The longest serving member of congress in history will be hanging up his boots after 29 terms in the House. Rep. John D. Dingell, D-Mich., has been one of the chamber’s most influential voices — he chaired the Energy and Commerce committee from 1981 to 1994, then again from 2006 from 2008. During his first stint as chairman, he greatly expanded the committee’s legislative reach. The Detroit Free Press reports that every four out of 10 bills in the chamber went through Energy and Commerce. His perch on the committee — to this day he sits on all six of its subcommittees — has made him a prime target of campaign cash from the energy industry he helped to regulate. Influence Explorer’s campaign finance data reveals the electric utilities industry has been the top contributor to Dingell’s campaigns since 1989, donating more than $1.4 million during this time.
Dingell’s friends in the automotive industry have also done their due diligence in supporting his campaigns. The two automotive juggernauts are Dingell’s two largest single benefactors. From 1989 to the third quarter of 2013, Ford’s PAC, employees and their family members had contributed $315,725, while General Motors gave $288,750. The longterm congressman has deep-rooted ties to American car manufacturers. Michigan’s 12th district includes Ford’s world headquarters (in Dearborn) and, until 2010, also boasted a General Motors plant in Ypsilanti. Dingell’s wife, Debbie, is the descendant of a General Motors’ founder, she chairs the Manufacturing Initiative of the American Automotive Policy Council, is a member of the Democratic National Committee and previously led GM’s government relations department.
As recently as June of last year, the octogenarian indicated that he was considering running again in 2014, telling the Detroit Free Press “we’re doing the things that you have to, to run.” His campaign committee showed no signs of slowing down, Sunlight’s Real-Time FEC shows John Dingell for Congress pulled in $108,624 in the fourth quarter, despite the fact that no one else has registered a campaign to run in the district. Like many longtime representatives, the majority of Dingell’s campaign funds have come from political action committees, rather than individual donors. Overall, 72 percent of his campaign war chest has come from PACs, compared to 28 percent from individuals. A former member of the board of the National Rifle Association, the avid hunter would bring generous donors on duck and pheasant hunts in rural Maryland, invitations from Political Party Time reveal.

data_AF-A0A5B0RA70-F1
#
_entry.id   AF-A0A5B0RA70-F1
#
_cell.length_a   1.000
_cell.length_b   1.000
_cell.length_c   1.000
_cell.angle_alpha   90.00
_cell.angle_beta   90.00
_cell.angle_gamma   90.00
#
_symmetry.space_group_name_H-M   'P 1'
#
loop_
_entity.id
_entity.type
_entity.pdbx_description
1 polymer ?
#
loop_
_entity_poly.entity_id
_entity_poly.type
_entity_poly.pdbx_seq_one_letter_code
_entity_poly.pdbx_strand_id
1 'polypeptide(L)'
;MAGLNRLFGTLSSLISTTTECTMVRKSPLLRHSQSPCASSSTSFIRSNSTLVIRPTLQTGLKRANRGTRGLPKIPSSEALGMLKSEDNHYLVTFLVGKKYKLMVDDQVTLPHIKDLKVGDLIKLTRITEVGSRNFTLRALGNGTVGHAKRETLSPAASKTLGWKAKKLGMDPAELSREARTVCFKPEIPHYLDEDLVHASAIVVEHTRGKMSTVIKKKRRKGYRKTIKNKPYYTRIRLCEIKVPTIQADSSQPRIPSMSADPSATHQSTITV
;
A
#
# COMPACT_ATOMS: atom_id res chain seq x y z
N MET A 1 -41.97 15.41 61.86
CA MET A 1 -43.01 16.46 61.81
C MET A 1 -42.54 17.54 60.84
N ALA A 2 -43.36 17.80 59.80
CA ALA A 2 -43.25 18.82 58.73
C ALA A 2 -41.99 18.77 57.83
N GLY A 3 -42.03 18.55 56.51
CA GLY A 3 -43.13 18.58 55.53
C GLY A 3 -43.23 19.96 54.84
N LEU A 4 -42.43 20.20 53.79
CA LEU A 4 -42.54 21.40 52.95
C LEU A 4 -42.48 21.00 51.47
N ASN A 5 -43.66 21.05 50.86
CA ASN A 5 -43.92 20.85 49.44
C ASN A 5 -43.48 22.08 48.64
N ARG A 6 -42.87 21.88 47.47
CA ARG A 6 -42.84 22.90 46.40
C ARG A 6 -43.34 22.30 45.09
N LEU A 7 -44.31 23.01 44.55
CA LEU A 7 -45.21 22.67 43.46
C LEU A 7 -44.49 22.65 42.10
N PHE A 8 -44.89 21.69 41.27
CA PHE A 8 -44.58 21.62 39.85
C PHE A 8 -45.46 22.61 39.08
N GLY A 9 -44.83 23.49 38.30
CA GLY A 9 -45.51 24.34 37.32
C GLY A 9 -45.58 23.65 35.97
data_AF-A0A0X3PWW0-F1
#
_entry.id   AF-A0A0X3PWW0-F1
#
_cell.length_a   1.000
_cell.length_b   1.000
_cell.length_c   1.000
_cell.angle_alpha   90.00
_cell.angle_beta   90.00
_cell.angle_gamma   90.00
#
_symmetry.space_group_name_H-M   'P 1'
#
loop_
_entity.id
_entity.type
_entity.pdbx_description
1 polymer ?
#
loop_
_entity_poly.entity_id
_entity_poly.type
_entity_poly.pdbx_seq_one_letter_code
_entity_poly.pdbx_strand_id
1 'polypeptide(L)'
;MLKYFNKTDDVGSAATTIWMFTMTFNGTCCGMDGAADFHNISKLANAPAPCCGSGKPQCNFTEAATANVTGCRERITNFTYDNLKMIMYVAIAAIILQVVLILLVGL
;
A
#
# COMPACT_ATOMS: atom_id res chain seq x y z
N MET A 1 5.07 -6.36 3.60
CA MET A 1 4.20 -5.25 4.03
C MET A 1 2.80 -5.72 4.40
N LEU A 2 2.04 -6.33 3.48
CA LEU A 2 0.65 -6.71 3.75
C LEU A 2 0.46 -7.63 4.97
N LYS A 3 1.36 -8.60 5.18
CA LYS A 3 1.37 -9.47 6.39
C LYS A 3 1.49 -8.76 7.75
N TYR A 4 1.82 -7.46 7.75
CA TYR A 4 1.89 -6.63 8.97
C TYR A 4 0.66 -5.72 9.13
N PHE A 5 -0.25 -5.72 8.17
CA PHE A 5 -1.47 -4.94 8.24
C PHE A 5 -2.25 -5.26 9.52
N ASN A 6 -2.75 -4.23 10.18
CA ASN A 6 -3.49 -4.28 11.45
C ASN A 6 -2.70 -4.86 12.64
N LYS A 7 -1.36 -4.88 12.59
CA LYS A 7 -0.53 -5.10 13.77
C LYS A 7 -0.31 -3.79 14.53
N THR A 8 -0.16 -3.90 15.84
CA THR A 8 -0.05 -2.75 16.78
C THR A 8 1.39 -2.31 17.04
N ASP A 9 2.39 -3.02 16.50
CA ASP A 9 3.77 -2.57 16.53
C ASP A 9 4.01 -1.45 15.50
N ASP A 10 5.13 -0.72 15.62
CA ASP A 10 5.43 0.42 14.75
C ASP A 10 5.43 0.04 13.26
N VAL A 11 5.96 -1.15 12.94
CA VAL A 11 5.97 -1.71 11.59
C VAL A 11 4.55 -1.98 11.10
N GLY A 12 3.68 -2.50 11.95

While federal law prohibits the congressman from converting his campaign funds to personal use, there are no such restrictions barring Dingell from using the money leftover in his leadership committee. As Sunlight reported on Feb. 20, there are 23 members leaving congress with surplus cash in their leadership PACs — how they will spend it is anyone’s guess. As of Jan. 31, Dingell’s Wolverine PAC had $31,275 in cash on hand, making the new grand total of leftover leadership dough $828,474.
The congressman’s wife, Debbie, has also made at least one appearance on the beltway fundraising circuit, co-hosting a fundraising reception for Sen. Amy Klobuchar, D-Minn., in 2011 at a Georgetown penthouse. Dingell’s wife is the presumptive favorite to replace her husband in congress, according to local Democratic consultants. Should she run, she will have a well-established national fundraising network to tap.